My daughter chose an expensive college. How should we pay?


Q. My daughter was accepted into several colleges and she committed to the one that happened to be the most expensive. She won’t get any merit scholarships — I think she got in by a hair — and we won’t have enough in our 529 plans to cover the bills over the years. Should we have her take loans, use a Parent Plus loan or should we get a HELOC? I know interest rates are rising so I’m not sure the best course of action.
— Parent

A. Congratulations to you and your daughter.

College costs are ridiculously high, especially for some private universities. We’ll leave the talk of whether a more costly education is worth the money for another day.

Instead, let’s talk through the different funding options you mentioned.

Your daughter has several options from a student loan perspective, said Ken Van Leeuwen, a certified financial planner with Van Leeuwen & Company in Princeton.

He said she can explore both federal and private student loans.

The major differences between the two include the costs, and the use of credit scores to determine eligibility and interest rates, he said.

“Undergraduate students will not have their credit checked when applying for federal loans, however, credit checks are a major factor when applying for private loans,” he said.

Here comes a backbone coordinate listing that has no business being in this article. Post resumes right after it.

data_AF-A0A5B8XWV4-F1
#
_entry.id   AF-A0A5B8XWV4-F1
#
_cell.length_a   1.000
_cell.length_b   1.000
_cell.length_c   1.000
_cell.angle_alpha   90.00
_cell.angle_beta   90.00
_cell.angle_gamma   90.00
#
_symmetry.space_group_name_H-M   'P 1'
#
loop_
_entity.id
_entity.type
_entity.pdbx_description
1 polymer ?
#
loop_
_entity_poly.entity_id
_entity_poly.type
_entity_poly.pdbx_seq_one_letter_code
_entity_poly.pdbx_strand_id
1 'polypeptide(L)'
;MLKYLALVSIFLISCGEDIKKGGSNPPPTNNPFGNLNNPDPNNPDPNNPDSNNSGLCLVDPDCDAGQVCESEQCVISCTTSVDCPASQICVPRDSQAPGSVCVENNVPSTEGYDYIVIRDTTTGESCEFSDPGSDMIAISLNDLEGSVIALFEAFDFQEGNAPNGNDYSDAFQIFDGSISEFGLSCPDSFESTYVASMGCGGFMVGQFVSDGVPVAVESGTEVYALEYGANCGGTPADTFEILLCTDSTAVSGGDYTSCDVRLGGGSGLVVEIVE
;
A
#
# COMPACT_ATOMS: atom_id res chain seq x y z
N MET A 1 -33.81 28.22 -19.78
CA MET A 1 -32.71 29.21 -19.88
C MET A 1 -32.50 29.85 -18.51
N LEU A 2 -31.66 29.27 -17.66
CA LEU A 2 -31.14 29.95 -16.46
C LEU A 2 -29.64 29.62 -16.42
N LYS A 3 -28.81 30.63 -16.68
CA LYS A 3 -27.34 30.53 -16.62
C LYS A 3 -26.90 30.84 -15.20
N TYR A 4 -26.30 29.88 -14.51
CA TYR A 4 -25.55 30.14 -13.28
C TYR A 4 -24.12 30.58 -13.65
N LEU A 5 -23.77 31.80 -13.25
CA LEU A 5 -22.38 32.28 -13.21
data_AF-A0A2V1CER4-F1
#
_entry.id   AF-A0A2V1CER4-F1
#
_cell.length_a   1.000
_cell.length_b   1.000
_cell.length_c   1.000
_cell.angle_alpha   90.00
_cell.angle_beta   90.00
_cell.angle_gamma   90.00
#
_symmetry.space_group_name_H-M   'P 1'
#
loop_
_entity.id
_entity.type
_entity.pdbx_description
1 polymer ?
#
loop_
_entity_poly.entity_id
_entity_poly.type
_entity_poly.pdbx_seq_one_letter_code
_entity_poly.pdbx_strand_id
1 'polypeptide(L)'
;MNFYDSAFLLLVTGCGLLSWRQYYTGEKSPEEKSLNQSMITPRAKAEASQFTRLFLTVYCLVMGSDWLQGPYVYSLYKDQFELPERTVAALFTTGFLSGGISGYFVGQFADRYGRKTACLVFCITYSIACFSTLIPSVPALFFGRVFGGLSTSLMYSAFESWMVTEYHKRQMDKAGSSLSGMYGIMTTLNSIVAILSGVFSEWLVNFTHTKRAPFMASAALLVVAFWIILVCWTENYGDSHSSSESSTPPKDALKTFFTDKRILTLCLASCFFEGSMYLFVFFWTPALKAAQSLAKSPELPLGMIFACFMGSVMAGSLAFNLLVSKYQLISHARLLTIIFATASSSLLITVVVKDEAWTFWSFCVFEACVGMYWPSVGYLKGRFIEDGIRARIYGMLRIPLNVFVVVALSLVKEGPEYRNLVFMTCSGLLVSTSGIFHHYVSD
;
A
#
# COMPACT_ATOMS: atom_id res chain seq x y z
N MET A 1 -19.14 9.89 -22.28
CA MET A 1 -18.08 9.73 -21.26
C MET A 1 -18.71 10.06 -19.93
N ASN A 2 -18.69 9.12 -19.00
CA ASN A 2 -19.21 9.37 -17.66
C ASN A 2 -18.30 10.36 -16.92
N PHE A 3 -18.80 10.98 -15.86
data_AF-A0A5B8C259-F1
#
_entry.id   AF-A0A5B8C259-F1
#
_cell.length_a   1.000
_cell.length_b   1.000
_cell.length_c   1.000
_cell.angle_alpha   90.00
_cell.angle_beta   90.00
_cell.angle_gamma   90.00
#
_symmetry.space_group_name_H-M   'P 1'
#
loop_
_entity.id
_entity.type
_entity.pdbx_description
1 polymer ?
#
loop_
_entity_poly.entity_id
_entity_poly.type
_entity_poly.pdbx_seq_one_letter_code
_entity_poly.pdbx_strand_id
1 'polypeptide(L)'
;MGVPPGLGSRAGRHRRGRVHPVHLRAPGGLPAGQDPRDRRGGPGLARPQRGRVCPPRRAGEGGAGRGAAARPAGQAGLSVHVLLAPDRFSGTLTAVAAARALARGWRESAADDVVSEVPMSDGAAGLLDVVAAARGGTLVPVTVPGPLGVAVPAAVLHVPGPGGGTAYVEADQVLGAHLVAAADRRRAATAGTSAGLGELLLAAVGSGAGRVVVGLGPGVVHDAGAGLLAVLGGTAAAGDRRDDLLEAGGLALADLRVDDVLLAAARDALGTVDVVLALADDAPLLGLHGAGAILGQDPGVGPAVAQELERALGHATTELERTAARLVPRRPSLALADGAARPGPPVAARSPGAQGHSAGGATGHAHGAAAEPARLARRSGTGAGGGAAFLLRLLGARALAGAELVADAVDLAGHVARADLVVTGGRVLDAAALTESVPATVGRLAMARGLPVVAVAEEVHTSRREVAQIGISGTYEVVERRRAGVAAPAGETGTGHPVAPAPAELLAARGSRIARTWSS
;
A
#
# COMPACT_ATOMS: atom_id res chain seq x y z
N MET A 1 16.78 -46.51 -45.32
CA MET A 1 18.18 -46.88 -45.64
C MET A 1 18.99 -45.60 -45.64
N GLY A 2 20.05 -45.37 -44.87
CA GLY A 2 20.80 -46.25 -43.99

There’s a big difference between the two kinds of loans.

“Where federal loans have fixed, set interest rates, private student loans can be fixed or variable, and will depend on the credit score of the applicant,” he said. “Federal loans also offer flexible repayment options and loan forgiveness programs, as well as the possibility for some substantial forgiveness based on discussions in Congress — although this remains to be seen.”

Private student loans on the other hand, in general, have fewer repayment options, no loan forgiveness programs, and likely would not be included for forgiveness in any potential federal legislation, Van Leeuwen said.

These are all things to consider if you plan to have your daughter take the loans out in her name.

Parent PLUS loans tend to be the most expensive type of federal loan with the highest interest rate, currently at 6.28%, he said.

“While this is an option, and if you are comfortable with being responsible for paying your daughter’s loan, it may make more sense to consider a private loan in this case,” he said. “Depending on your credit score and some other factors, you may be able to receive a private parent loan with a more favorable interest rate.”

But with this option, and the option of a home equity line of credit (HELOC), it’s important to understand that you will be responsible financially for paying off this debt, unlike having your daughter take loans in her name, he said.

HELOCs generally have variable interest rates.

“This presents a unique risk, especially in the current environment, where we are seeing interest rates increase,” he said. “As interest rates increase, your monthly payment will increase as well.”

Without a full understanding of your financial picture, it is difficult to recommend a concrete strategy, but you should consider all these factors before making a decision on any of these options to fund your daughter’s college education.

Good luck to you.

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This story was originally published on May 18, 2022. presents certain general financial planning principles and advice, but should never be viewed as a substitute for obtaining advice from a personal professional advisor who understands your unique individual circumstances.